There are some fights you can only win by not joining.
What do you do when that becomes the primary rule for getting along with a coworker? Or, even worse, a supervisor?
As an INTJ, I fit the profile of being frustrated with people who don't immediately follow what I'm saying. I don't want to have to explain everything, I simply want to go ahead and do my job, especially once I've figured out the solution to some complex problem.
I work in software, so maybe what I want to do is go over and actually talk to a colleague and get the answer to the one question we're waiting on to begin (or complete) some big project, instead of waiting for bug reports or specs or meeting after meeting between our supervisors, neither of whom actually understands wtf we're talking about.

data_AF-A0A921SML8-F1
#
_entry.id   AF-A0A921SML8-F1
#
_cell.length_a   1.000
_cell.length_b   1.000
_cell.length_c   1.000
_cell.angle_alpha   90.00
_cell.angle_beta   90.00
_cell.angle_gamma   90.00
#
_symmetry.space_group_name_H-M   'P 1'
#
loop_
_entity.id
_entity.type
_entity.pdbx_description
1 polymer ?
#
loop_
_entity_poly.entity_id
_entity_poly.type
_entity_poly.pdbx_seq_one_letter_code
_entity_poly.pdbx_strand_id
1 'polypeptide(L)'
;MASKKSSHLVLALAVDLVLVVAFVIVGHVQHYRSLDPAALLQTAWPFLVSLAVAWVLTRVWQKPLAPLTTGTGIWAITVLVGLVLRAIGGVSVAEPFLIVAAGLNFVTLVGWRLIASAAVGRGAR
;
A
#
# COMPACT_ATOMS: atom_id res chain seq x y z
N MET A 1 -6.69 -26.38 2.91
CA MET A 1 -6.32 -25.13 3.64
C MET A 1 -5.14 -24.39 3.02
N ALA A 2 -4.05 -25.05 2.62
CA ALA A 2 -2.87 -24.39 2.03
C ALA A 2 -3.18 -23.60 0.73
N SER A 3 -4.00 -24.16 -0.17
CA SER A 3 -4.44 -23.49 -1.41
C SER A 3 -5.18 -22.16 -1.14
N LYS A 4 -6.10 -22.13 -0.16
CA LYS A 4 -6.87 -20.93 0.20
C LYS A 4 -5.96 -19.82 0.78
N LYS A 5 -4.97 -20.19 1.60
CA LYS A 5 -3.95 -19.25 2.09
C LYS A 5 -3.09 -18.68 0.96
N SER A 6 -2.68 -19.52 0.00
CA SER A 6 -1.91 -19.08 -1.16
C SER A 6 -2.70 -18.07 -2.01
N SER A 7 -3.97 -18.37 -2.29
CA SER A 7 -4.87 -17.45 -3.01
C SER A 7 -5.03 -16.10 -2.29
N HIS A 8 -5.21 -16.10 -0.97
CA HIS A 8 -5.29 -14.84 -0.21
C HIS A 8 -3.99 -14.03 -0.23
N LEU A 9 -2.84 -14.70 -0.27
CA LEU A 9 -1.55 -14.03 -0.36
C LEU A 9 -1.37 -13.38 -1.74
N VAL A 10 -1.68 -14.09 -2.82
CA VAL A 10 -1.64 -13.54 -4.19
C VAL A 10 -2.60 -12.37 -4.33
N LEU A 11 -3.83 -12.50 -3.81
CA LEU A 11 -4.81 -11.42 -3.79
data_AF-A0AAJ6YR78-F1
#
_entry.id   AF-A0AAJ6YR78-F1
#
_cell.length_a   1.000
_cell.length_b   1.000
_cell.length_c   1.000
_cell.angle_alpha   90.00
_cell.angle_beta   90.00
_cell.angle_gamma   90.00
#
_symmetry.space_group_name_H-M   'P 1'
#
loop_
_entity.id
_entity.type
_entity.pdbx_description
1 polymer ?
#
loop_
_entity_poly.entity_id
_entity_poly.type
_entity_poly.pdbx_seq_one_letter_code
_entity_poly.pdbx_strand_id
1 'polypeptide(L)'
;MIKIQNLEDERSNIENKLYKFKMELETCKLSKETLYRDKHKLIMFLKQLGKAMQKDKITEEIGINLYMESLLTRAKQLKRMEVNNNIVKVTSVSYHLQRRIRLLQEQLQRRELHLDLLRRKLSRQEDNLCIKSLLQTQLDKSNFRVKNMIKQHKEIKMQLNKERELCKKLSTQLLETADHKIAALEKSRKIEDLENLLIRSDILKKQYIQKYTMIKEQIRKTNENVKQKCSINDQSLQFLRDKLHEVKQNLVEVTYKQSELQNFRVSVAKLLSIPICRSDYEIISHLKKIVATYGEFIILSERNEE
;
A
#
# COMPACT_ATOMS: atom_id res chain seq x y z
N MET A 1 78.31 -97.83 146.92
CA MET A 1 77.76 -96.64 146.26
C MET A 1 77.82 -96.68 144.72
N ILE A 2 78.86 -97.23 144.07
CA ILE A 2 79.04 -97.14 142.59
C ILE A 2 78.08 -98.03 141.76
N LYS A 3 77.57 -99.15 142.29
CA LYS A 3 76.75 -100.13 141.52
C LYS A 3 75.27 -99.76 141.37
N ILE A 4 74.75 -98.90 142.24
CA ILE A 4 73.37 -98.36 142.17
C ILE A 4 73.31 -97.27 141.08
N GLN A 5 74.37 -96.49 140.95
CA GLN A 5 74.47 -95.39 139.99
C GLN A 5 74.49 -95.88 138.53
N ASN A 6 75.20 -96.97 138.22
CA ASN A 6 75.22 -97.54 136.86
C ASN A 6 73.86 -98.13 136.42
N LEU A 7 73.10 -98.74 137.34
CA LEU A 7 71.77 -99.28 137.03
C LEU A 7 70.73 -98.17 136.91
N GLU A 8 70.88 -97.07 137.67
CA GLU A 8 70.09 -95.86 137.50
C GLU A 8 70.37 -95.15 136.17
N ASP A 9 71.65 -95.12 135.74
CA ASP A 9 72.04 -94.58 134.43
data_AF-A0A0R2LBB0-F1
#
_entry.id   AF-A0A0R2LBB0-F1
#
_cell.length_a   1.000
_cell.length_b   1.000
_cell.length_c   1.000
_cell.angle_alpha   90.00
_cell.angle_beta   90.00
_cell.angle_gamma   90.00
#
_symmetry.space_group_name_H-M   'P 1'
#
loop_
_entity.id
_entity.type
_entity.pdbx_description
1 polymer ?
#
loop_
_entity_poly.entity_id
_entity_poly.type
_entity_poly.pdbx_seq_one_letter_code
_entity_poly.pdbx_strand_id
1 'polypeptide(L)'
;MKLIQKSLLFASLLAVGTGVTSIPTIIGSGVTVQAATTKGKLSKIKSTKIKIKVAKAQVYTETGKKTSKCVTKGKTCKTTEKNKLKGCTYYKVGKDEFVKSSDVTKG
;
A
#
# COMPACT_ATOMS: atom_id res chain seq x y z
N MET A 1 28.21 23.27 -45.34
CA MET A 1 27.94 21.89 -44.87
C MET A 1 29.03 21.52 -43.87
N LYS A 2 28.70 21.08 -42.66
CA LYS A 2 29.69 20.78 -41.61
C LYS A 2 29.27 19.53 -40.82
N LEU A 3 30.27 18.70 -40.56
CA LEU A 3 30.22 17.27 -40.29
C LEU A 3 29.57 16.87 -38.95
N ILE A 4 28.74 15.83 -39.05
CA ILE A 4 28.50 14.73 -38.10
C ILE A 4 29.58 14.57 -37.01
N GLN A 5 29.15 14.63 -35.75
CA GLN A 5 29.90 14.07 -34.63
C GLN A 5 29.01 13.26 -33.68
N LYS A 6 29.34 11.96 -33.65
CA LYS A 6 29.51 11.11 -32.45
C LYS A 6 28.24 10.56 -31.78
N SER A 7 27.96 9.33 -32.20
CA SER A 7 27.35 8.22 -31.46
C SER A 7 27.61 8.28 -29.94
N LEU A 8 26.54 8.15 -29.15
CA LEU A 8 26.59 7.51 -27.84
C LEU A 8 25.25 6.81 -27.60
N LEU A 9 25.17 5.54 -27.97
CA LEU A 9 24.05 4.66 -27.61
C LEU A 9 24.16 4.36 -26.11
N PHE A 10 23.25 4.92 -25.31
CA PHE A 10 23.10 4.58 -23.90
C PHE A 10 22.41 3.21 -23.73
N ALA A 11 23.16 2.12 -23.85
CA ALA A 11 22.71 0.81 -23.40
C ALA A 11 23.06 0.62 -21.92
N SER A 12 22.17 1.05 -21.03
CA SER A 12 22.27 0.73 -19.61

Maybe what I want to do is use a new framework to build something so it will work right, and get around the technical difficulty we're currently facing.
Normally, good management involves delegating. Real delegating, in which you actually give authority along with responsibility. When you have a manager who can't delegate, because he can't stand letting someone else maybe make a mistake, or not knowing every detail of what's going on (even when he can't understand it), you've got a problem.
A great blog post I read a while ago about managing programmers points out the problem of pointy-haired bosses (when your reports don't respect your ability to judge their work, let alone to direct it). When this is combined with micromanaging by a boss who freaks out at the idea of delegating, you get to learn the wonderful Art of Shutting Up.
Suggestions are not made.
Explanations are not given.
Stuff just happens - or doesn't - outside the realm of what the pointy haired boss knows.
Especially when the boss is more concerned with how he looks than with whether we're getting stuff done.
Managers: take a look around. If only the new guy is making suggestions, you might want to think about that. Especially if he stops doing it in a few months, just like all the others did.